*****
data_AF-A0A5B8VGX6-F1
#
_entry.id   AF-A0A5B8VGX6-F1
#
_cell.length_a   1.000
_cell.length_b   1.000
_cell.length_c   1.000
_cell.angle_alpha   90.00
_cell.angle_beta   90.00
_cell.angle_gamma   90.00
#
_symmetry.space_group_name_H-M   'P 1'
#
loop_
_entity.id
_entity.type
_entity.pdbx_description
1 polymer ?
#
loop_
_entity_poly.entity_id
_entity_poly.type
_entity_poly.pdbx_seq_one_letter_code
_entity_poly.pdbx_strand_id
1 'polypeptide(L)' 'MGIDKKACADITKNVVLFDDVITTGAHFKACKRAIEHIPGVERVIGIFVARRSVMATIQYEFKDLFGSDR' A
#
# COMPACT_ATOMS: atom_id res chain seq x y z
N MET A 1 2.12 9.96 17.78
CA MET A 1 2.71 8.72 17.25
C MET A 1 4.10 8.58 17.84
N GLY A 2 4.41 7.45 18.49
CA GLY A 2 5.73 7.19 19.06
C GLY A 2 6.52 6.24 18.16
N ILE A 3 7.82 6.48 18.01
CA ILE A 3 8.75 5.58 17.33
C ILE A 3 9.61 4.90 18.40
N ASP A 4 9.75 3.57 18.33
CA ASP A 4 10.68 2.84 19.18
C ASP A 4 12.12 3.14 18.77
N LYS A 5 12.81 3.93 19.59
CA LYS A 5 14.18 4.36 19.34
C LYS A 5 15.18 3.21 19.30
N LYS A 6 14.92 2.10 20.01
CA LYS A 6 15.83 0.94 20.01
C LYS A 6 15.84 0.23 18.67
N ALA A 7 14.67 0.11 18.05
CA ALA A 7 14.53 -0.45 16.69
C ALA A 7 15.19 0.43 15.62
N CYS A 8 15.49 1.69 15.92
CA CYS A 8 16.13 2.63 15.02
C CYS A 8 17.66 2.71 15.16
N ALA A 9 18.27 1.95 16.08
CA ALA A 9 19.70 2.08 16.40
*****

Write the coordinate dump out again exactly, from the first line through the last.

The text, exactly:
data_AF-A0A5B8VGX6-F1
#
_entry.id   AF-A0A5B8VGX6-F1
#
_cell.length_a   1.000
_cell.length_b   1.000
_cell.length_c   1.000
_cell.angle_alpha   90.00
_cell.angle_beta   90.00
_cell.angle_gamma   90.00
#
_symmetry.space_group_name_H-M   'P 1'
#
loop_
_entity.id
_entity.type
_entity.pdbx_description
1 polymer ?
#
loop_
_entity_poly.entity_id
_entity_poly.type
_entity_poly.pdbx_seq_one_letter_code
_entity_poly.pdbx_strand_id
1 'polypeptide(L)' 'MGIDKKACADITKNVVLFDDVITTGAHFKACKRAIEHIPGVERVIGIFVARRSVMATIQYEFKDLFGSDR' A
#
# COMPACT_ATOMS: atom_id res chain seq x y z
N MET A 1 2.12 9.96 17.78
CA MET A 1 2.71 8.72 17.25
C MET A 1 4.10 8.58 17.84
N GLY A 2 4.41 7.45 18.49
CA GLY A 2 5.73 7.19 19.06
C GLY A 2 6.52 6.24 18.16
N ILE A 3 7.82 6.48 18.01
CA ILE A 3 8.75 5.58 17.33
C ILE A 3 9.61 4.90 18.40
N ASP A 4 9.75 3.57 18.33
CA ASP A 4 10.68 2.84 19.18
C ASP A 4 12.12 3.14 18.77
N LYS A 5 12.81 3.93 19.59
CA LYS A 5 14.18 4.36 19.34
C LYS A 5 15.18 3.21 19.30
N LYS A 6 14.92 2.10 20.01
CA LYS A 6 15.83 0.94 20.01
C LYS A 6 15.84 0.23 18.67
N ALA A 7 14.67 0.11 18.05
CA ALA A 7 14.53 -0.45 16.69
C ALA A 7 15.19 0.43 15.62
N CYS A 8 15.49 1.69 15.92
CA CYS A 8 16.13 2.63 15.02
C CYS A 8 17.66 2.71 15.16
N ALA A 9 18.27 1.95 16.08
CA ALA A 9 19.70 2.08 16.40